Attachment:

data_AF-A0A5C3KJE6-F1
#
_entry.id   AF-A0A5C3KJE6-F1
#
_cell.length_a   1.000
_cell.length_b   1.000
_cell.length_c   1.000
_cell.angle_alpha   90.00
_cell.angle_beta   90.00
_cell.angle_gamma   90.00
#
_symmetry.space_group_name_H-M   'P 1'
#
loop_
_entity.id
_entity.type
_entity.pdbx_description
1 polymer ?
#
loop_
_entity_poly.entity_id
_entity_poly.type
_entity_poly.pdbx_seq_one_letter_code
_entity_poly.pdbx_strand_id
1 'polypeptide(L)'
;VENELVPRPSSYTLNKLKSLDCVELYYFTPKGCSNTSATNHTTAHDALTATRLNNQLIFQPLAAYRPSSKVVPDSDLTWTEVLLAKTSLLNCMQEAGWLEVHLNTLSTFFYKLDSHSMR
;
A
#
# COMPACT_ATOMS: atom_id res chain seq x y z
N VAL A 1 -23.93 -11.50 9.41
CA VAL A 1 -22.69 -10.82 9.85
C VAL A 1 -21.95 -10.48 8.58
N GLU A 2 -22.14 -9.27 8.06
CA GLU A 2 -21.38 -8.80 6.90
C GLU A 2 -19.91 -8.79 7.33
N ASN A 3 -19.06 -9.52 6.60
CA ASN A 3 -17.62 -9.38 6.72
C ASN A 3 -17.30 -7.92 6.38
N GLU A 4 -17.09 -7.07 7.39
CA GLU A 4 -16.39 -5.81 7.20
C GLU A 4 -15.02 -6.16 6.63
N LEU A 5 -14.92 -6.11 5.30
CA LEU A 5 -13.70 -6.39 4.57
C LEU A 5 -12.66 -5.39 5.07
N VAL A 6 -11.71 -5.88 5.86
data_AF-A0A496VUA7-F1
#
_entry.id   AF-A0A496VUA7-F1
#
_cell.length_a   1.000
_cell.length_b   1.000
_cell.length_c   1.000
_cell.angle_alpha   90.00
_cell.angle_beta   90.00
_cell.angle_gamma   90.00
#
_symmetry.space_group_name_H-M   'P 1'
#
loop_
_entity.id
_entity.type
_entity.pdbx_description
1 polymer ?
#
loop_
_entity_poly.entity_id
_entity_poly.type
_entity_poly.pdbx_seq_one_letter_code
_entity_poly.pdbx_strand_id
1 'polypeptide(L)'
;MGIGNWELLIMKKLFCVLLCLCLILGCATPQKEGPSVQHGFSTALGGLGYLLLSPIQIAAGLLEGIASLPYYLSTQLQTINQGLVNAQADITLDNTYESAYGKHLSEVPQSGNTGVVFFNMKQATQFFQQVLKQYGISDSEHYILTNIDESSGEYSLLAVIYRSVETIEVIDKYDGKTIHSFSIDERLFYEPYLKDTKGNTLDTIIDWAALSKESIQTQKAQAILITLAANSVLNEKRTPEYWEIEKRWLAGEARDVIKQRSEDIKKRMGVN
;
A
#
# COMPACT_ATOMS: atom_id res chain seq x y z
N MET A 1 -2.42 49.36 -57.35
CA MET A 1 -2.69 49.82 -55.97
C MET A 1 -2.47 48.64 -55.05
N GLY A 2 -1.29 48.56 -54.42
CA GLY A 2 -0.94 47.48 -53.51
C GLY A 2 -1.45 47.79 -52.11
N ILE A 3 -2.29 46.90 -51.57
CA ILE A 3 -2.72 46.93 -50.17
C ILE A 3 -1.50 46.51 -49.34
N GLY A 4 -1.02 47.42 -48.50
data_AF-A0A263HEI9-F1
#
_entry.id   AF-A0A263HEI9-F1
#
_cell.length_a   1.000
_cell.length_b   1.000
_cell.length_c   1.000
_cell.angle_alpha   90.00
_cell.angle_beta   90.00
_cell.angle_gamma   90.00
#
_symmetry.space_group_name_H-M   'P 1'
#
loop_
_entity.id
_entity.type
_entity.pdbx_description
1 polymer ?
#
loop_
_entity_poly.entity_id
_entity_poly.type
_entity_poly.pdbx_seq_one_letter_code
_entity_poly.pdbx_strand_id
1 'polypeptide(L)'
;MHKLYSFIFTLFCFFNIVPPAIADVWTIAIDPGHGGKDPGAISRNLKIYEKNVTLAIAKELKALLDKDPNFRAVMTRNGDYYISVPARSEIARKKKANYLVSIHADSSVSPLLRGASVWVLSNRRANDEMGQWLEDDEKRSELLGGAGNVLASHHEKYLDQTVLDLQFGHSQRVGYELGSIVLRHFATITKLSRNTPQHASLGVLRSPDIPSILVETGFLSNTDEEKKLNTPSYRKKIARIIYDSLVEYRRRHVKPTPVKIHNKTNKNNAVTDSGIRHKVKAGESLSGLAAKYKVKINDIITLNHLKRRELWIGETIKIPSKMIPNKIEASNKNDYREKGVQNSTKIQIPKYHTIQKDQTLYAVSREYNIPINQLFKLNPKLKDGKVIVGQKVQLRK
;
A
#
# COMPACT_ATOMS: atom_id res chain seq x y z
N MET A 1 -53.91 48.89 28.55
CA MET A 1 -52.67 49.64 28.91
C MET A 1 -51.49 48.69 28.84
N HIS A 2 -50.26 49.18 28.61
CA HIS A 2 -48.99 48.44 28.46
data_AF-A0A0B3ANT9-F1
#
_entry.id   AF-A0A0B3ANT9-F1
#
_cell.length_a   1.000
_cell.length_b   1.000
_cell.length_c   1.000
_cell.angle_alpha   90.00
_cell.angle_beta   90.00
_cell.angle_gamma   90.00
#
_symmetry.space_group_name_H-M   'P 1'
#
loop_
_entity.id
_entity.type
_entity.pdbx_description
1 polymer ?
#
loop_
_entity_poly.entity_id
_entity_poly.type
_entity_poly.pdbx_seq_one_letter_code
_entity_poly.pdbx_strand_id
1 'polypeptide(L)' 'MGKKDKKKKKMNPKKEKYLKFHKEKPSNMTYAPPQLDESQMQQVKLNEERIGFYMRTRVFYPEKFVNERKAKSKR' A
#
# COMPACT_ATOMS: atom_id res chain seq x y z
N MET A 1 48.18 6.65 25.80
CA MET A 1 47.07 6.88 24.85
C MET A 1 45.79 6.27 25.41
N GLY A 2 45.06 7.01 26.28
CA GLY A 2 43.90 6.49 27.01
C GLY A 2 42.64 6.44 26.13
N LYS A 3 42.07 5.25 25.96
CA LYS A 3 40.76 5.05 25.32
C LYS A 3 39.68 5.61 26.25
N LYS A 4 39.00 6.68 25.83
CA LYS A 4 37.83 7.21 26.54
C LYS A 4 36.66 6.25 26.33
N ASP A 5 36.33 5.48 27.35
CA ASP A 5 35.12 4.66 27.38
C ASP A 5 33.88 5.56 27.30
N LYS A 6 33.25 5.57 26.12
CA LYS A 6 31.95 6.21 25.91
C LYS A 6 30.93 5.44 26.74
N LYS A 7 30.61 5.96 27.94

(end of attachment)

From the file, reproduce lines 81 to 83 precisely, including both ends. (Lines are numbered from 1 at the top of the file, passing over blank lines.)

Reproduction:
CA GLY A 2 -0.94 47.48 -53.51
C GLY A 2 -1.45 47.79 -52.11
N ILE A 3 -2.29 46.90 -51.57